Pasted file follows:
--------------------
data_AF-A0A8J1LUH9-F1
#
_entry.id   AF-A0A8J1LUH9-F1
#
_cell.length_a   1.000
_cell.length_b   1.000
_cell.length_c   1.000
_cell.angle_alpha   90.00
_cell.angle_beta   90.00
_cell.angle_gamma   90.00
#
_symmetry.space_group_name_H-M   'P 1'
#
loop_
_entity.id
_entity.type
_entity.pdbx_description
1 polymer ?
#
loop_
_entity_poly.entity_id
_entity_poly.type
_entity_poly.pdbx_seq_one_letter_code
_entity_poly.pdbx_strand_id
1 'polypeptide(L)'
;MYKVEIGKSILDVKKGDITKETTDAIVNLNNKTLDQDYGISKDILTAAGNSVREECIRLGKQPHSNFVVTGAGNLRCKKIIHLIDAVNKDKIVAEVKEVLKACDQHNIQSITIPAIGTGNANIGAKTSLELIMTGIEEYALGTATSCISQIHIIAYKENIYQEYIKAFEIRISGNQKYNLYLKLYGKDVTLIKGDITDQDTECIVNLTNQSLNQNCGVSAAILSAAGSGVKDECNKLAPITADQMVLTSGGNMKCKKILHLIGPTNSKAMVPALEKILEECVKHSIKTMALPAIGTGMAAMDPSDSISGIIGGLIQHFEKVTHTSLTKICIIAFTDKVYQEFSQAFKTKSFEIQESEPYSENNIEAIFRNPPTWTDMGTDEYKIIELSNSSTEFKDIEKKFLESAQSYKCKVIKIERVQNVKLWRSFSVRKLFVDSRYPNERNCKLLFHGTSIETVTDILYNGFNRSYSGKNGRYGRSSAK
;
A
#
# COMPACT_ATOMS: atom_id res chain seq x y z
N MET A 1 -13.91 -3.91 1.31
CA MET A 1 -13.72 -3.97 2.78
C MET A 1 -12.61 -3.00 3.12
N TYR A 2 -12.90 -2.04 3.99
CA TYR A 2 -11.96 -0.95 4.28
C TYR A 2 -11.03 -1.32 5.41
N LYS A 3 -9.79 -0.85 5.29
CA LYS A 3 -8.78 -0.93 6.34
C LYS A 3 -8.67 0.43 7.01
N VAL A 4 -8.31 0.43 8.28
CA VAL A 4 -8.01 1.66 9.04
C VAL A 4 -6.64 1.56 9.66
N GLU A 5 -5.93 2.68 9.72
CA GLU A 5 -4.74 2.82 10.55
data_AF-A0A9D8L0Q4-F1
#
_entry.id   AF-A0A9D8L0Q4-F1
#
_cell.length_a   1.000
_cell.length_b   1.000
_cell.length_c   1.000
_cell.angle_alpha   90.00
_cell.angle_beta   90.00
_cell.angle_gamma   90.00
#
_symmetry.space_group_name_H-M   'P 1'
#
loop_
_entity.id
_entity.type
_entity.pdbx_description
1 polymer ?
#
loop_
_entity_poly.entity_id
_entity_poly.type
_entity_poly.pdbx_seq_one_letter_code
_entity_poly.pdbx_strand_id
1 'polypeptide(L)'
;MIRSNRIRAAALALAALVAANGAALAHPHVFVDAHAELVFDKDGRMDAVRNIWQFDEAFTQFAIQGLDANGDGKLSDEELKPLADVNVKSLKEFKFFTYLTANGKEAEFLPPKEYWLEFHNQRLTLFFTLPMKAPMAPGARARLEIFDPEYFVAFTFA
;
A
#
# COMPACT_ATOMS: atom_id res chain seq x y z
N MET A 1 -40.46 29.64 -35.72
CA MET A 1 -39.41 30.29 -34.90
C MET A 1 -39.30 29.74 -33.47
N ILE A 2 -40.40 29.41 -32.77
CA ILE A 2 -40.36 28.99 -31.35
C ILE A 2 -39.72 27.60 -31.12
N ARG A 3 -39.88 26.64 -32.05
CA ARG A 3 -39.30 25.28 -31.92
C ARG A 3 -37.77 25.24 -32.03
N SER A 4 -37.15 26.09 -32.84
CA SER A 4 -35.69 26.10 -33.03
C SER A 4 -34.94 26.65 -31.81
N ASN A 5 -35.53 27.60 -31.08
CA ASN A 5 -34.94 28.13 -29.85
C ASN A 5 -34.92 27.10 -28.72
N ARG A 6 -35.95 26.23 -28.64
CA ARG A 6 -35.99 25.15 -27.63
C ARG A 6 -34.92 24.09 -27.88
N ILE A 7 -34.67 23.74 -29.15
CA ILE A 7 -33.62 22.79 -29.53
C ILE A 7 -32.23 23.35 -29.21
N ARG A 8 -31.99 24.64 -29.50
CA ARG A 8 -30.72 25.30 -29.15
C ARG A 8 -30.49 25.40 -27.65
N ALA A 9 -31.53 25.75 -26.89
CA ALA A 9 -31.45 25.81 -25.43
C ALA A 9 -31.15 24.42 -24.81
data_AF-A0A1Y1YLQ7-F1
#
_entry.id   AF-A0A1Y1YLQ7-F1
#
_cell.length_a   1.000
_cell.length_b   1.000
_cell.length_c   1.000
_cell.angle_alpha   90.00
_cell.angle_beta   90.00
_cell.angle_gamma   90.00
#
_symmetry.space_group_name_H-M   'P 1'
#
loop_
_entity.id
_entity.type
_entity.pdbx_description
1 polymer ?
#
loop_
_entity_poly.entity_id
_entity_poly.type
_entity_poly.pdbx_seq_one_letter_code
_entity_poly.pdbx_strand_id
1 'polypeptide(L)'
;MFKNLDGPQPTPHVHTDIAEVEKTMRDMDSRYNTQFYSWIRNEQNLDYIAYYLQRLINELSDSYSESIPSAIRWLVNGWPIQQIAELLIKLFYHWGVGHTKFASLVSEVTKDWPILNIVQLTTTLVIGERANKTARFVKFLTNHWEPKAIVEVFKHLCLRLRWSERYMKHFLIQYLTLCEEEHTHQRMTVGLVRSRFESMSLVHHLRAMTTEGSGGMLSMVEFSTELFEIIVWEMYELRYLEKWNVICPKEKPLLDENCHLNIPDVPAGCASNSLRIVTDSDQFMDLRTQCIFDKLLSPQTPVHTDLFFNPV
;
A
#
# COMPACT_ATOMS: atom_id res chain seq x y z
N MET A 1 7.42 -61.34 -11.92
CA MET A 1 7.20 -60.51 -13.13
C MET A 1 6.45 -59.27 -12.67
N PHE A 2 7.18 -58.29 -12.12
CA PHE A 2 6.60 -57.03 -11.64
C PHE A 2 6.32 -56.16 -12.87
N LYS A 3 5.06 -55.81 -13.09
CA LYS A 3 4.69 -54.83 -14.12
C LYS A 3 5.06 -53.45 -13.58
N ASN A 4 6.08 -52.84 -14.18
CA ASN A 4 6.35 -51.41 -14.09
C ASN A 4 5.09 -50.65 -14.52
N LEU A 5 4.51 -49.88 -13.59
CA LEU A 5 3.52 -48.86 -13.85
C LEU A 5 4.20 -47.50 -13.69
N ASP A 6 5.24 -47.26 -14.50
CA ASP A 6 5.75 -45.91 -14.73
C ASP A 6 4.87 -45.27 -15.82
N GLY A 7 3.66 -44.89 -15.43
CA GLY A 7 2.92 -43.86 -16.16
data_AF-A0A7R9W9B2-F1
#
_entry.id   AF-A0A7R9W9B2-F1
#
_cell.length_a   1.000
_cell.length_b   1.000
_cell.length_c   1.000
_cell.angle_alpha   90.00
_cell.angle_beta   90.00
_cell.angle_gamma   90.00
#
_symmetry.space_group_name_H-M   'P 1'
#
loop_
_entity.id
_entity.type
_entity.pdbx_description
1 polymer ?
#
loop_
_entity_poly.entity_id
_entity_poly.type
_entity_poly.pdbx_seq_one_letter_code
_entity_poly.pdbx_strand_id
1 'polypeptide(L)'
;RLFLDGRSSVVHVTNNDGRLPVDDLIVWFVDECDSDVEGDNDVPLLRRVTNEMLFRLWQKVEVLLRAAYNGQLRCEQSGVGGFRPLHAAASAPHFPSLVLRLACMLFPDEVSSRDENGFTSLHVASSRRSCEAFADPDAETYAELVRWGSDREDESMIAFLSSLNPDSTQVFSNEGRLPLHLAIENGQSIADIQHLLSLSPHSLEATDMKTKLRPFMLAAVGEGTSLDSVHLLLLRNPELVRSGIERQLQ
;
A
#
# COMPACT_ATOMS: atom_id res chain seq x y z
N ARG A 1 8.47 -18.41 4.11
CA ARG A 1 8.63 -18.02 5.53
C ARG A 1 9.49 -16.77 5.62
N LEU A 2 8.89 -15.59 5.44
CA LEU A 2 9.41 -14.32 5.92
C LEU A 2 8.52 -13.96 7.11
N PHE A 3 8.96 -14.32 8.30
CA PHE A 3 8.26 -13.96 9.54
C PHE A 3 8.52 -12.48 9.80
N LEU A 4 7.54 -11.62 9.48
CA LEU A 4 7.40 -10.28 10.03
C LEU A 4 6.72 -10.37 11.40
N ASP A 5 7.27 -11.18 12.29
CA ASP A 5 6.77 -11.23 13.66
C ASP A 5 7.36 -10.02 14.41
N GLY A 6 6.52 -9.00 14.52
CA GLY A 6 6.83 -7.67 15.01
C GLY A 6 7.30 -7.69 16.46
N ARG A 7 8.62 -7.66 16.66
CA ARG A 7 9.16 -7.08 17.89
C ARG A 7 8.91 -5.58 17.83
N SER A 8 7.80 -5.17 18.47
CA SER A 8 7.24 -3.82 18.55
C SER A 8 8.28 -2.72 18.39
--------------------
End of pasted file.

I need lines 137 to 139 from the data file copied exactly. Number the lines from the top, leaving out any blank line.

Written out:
C PHE A 2 6.32 -56.16 -12.87
N LYS A 3 5.06 -55.81 -13.09
CA LYS A 3 4.69 -54.83 -14.12